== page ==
The theme of Holocaust Memorial Day 2012 (Speak Up, Speak Out) encourages us to address that most problematic of categorisations – the bystander – and its contemporary relevance by highlighting the role of the minority who did speak out when confronted with the unprecedented moral choices posed by the Holocaust.
Protest was far too rare, albeit for often understandable reasons, and may not have stopped the killing process, yet it did, in some instances, contribute to the saving of lives. For example, Archbishop Damaskinos of Athens, head of the Greek Orthodox Church, publicly denounced the murders in uncompromising terms, despite German threats, whilst privately ordering churches and monasteries to assist fleeing Jews. Although his intervention failed to save the majority of Greek Jews, who lived in the city of Thessaloniki, it did have an effect in the previously Italian-occupied regions (including Athens and the islands) which only came under German control in late 1943. In the city of Volos, for instance, up to 80% of Jews survived, helped both by religious institutions, which provided shelter or fake baptismal certificates, and by Orthodox laypeople emboldened by the moral lead offered by their archbishop.
Sadly, no other European Christian leader of comparable stature took such a stand; even those members of the German episcopate who courageously condemned the Nazi murders of people with disabilities failed to do the same with the murder of Jews. In fact, the most prominent public protest came not from supposed spiritual leaders but from ordinary people in the form of a general strike in Amsterdam in February 1941. After escalating violence against Dutch Jews culminated in the deportation of several hundred young men to Buchenwald concentration camp, Communist activists in the docks walked out, prompting the strike to spread quickly across the city. For three days, factories, transport and other public services came to a halt. Of course, this took place before the onset of the murders whilst subsequent Nazi repression limited further protests. Even so, the strike represented a singular display of solidarity with Amsterdam’s beleaguered Jewish community and an assertion of basic human dignity.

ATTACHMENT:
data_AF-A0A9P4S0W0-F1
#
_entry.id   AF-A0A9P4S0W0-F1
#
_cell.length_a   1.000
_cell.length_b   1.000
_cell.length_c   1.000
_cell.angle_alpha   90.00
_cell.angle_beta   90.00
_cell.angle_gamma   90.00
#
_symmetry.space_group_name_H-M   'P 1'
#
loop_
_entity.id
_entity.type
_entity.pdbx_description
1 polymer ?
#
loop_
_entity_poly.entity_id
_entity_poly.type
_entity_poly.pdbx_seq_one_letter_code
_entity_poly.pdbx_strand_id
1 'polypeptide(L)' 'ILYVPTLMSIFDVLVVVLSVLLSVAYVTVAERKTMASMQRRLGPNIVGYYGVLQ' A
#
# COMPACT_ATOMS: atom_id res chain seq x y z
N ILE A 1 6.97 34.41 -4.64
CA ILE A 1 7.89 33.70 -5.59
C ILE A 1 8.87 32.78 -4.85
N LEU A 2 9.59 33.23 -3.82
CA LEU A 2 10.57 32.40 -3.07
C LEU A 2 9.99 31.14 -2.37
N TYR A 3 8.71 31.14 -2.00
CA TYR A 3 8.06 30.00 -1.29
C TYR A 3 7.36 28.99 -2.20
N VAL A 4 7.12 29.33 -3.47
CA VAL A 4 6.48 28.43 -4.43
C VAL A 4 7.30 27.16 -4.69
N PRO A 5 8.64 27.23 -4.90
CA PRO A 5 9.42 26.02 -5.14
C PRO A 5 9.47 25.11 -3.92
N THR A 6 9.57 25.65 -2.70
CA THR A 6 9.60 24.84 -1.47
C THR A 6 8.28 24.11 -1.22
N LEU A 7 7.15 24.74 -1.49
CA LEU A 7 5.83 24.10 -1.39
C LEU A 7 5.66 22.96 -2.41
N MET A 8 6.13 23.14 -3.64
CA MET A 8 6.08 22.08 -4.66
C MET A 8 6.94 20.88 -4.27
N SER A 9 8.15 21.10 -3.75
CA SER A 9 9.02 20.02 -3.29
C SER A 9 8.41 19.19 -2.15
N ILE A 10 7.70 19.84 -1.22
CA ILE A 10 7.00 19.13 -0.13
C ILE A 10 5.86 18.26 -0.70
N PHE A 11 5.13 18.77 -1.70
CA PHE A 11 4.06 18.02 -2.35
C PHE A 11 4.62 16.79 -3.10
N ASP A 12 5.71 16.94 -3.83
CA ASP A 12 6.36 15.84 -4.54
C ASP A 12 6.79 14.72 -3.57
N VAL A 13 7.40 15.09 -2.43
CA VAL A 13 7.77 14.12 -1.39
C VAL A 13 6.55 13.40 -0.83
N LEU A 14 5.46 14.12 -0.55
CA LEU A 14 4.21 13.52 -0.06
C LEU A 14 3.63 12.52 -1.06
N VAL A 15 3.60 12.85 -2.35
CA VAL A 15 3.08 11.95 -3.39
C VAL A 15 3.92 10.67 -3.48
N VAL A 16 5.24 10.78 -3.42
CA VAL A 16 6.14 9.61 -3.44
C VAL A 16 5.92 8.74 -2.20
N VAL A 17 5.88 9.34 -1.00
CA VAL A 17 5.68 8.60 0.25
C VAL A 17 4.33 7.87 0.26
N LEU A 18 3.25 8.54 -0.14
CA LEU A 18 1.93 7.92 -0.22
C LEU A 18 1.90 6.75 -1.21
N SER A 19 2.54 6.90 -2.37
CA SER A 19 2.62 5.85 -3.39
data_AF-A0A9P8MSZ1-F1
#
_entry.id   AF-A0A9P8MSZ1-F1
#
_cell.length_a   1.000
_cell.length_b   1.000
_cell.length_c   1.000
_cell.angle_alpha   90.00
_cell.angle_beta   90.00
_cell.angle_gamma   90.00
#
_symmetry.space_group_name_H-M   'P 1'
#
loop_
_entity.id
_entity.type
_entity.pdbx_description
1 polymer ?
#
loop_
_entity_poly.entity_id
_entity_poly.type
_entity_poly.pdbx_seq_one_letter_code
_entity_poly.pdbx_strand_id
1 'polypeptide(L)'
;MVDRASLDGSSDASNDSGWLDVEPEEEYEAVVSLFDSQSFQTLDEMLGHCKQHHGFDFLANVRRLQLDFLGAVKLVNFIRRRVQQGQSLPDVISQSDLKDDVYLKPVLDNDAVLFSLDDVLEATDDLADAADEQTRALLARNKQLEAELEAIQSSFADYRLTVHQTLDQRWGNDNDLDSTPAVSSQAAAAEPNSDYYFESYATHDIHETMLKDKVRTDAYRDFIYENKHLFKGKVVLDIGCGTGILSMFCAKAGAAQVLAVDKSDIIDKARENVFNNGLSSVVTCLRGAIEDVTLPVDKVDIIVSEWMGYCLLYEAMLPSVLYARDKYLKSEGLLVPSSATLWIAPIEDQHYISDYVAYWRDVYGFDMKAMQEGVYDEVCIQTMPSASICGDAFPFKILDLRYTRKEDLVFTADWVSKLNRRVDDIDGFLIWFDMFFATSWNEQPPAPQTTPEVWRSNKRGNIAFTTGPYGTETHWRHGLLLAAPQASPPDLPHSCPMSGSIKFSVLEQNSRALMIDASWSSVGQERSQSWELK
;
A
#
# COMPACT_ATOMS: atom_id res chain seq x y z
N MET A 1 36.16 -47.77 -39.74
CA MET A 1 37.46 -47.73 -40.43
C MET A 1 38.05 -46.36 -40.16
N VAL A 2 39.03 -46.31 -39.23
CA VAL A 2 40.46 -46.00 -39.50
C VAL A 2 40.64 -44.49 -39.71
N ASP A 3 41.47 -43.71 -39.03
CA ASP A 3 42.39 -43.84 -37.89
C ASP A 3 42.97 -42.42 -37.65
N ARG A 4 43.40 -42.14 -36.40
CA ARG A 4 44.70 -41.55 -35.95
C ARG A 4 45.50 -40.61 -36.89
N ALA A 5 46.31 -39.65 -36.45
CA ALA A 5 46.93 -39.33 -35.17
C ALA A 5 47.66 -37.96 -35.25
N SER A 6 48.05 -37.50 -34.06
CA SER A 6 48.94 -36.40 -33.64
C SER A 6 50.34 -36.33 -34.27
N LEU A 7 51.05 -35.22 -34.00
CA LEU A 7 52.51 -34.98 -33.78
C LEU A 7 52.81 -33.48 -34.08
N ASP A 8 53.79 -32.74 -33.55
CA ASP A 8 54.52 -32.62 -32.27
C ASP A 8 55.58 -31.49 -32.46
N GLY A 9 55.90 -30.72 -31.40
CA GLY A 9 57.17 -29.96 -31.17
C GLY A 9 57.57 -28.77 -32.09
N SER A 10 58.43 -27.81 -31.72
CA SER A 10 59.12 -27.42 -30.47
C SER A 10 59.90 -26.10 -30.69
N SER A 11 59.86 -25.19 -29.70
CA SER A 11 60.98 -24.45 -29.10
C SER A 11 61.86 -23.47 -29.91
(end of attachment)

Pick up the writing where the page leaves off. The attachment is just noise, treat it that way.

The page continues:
A rather more successful intervention, from a rather more unexpected quarter, was that of Zofia Kossak-Szczucka. A well-known pre-war Polish Catholic nationalist writer who had publicly expressed anti-Semitic sentiments, she nonetheless authored a passionate protest in late summer 1942, at the very peak of the killings, which was widely distributed through the underground press. Kossak-Szczucka had not abandoned her prejudices (‘Our feelings toward Jews have not changed’) yet felt compelled to condemn the passivity of her compatriots and of the international community. In September 1942 she co-founded the Provisional Committee to Aid Jews which evolved into Żegota, a branch of the Polish underground state which saved the lives of thousands of Jews through the provision of hiding places and material assistance. Her story – that of an anti-Semite who saved Jewish lives – thereby cautions us against easy assumptions about attitudes and behaviour during the Holocaust.
Of course, not everyone in occupied Europe was in a position to be easily able to speak out, most obviously Jews themselves. Although underground groups in a number of ghettos issued calls to resist (calls which were heeded in cities such as Warsaw and Białystok), the circumstances of ghetto or camp life inevitably served to limit opportunities for overt protest. Yet even in the direst of situations, Jews found means of documenting their experiences. Such projects, of which the Oneg Shabbes archive in the Warsaw Ghetto is the best known example, initially aimed in part to compile information which could be passed to the outside world in order to encourage action against Nazi crimes. However, as their intended fate became clear, writers’ increasingly sought instead to preserve a record for future generations. Perhaps the most remarkable was Zalman Gradowski, a member of the Sonderkommando (Jewish prisoners who worked in and around the crematoria) in Auschwitz-Birkenau. With few illusions regarding his own destiny, he kept a diary, pages of which were found buried near the crematoria after the war. In one entry, Gradowski spoke out clearly to posterity:
We will bury our notebooks and diaries deep under the ashes. We have done as much as we could. And you? – searching for the truth. You who have lived to see justice and liberty. What will you do?
Zalman Gradowski lost his life in the Sonderkommando revolt in Birkenau on 7 October 1944. ■
Martin Winstone is the author of The Holocaust Sites of Europe: An Historical Guide and undertakes educational work for the Holocaust Educational Trust.
Top image courtesy of eschdali.